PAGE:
I know well these problems , but I'm referring that several stages (like is in a series topology eq) in series sound not very transparent, even if THD and noise of is very low.
Moreover, isn't true that series eqs do the exact sum of the near band. In the parallel eqs the interactions are given by the different (and with polarity opposite) phase of the near band signals, but in the series eqs the problem of the near bands interactions are given by module of the signals. I agree with you that the sum signals is better (but not exact) with the series eqs but having a very long signal path like is in the series eqs is a problem bigger than the parallel eqs' band interactions. Infact, Massemburg and Maselec eqs don't use series topology but use parallel topology only, and these EQs are well knowed for their trasparency. I think Mr. Massemburg knows these problems, but he makes parallel eqs........and the first thing important is that sound engineerings use this eqs without big problems......
   




« Last Edit: August 17, 2009, 03:04:13 PM by ppa »

ricothetroll

Re: Would like some opinions on that parametric EQ schematic
« Reply #8 on: August 18, 2009, 01:42:35 AM »
Hi !

Thanx for that interresting debate ! I stay quite silent because of my incompetence but I learn a lot !

So if i understood well we can do both parallel and serie EQ here, depending on if we connect the next stage using 1-2-3 or E-S-M, right ?

The book gives technical caracteristics :

transfert attenuation : 0dB (not so surprising :p)
total distortion : 0,009%
noise level at the output : -98 dBm (unweighted)
                                    -101 dBm (A)
                                    -88,5 dBm (CCIR)

I'll definitely try to build one when I'll have my 8 Green and 1176 finished ! If someone he also wants to try I can send the PCB layer by PM or the book title. That book s a guide for building you own console by E¤L¤E¤C¤T¤O¤R, really interresting stuff in it !

Best regards.

abbey road d enfer

Re: Would like some opinions on that parametric EQ schematic
« Reply #9 on: August 18, 2009, 06:07:04 AM »
So if i understood well we can do both parallel and serie EQ here, depending on if we connect the next stage using 1-2-3 or E-S-M, right ?
Yes you can.
Quote
The book gives technical caracteristics :noise level at the output : -98 dBm (unweighted) -101 dBm (A) -88,5 dBm (CCIR)
Voltage levels should be expressed in dBu (0.775v w/ no impedance specified - dBm's are related to a specific impedance -600 ohms for audio, 50 ohms for RF)
Quote
That book s a guide for building you own console by E¤L¤E¤C¤T¤O¤R, really interresting stuff in it !
The problem with Elektor (and all those similar DIY electronics magazines) is they never go to the deep end of the subject. Their designs work somewhat, but are never optimised. Major sources of noise in the biquads: R5, 6, 7, 8, 15, 16, 18, 19, 20 and P3 should be ca. 5x smaller. 5532's want to see less than 5 kohms at their inputs.
Who's right or wrong is irrelevant. What matters is what's right or wrong.
Star ground is for electricians.


JohnRoberts

Re: Would like some opinions on that parametric EQ schematic
« Reply #10 on: August 18, 2009, 10:49:24 AM »
The neat thing about this implementation of the filter section is the use of linear rather than reverse log pots for the frequency setting. This works because the pot is used as voltage divider rather than a reostat (variable series element). A linear pot is easier to obtain and has better section to section tracking.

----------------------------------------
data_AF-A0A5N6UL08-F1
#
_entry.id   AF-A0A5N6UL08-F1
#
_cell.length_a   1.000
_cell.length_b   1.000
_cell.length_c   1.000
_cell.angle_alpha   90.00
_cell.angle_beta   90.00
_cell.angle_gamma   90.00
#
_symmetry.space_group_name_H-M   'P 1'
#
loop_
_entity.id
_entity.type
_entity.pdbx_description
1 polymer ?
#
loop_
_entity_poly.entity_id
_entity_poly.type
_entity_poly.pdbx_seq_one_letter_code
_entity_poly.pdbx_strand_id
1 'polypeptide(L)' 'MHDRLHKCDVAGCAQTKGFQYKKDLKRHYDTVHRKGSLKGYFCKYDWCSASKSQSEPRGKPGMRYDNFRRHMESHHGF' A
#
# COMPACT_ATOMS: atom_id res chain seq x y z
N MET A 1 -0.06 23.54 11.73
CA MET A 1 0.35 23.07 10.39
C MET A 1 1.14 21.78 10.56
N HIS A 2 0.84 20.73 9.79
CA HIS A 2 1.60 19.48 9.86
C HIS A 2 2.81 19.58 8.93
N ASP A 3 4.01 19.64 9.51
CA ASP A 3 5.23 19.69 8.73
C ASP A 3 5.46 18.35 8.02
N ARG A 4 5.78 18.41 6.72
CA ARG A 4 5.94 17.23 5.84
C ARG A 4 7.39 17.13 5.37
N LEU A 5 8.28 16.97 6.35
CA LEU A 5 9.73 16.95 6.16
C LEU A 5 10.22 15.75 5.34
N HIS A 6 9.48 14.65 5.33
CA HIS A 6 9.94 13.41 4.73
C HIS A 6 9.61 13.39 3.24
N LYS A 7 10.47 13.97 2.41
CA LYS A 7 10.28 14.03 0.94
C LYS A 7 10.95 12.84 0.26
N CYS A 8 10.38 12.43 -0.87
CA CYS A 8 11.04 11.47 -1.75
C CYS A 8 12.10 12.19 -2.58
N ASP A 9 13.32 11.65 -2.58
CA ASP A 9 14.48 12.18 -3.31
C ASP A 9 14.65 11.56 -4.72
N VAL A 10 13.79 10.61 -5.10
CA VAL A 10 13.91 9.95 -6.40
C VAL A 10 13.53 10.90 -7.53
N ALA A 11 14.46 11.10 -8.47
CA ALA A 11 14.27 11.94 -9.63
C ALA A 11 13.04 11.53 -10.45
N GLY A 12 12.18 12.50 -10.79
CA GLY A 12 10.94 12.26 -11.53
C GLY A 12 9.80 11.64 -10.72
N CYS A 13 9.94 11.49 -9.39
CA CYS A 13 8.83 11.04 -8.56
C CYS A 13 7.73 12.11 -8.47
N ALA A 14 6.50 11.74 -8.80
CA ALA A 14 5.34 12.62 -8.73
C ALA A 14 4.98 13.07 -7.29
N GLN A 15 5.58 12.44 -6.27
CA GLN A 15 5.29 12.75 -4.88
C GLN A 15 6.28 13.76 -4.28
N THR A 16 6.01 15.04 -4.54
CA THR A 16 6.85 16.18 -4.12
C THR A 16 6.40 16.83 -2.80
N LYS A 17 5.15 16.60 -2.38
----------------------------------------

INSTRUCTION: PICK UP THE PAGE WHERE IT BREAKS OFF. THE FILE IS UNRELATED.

Note that the linear law of the 10k pot is slightly modified by the 2k2 resistor. The only downside is that such an arrangement is tricky for a very wide sweep range AND nice frequency scale. As shown here, the sweep range is roughly 1:10. Early Focusr*te products used this "trick" as well.



Potentiometer are typically 20% bulk resistance tolerance so they are more accurate when used ratio-metrically with light loading. The tolerance issue with that schematic will be at the low frequency end of the adjustment range when the 20% pot resistance is one leg of the divider.  A similar but more accurate approach is to connect the bottom of the pot to ground so at the LF end the pot tolerance is completely out of the circuit, then parallel the resistor going into the integrator with a second larger resistor to the top of the pot. The LF extreme is set by just this larger resistor, the HF end is both resistors in parallel. Now you will have just the fixed resistor tolerance accuracy at both frequency extremes with the pot used just for ratios in between. The pot errors then will be factored by relative impedance and pot ratio accuracy.

 JR
It's nice to be nice....

sahib

Re: Would like some opinions on that parametric EQ schematic
« Reply #11 on: August 18, 2009, 11:04:44 AM »
The problem with Elektor (and all those similar DIY electronics magazines) is they never go to the deep end of the subject. Their designs work somewhat, but are never optimised.

I have been an Elektor reader since 1977. My first power amplifier was Edwin 40W with 2N3055 on the outputs  ;D. Round about the same time I built a three band EQ for a guitar amp which whistled like hell  when boosted the mid section. Obviously I had no design experience and could not understand why. So you are quite right that a little more explanation on the circuit operation would have helped. Overall it is a very good magazine but there are  surprises that the schematics are full of errors. But the horrors become in their translation into English language. I was once reading some valve stuff and the guy was using the convention for input impedance for internal resistance. If you are a beginner you'll have hell of a time with mixing thing up.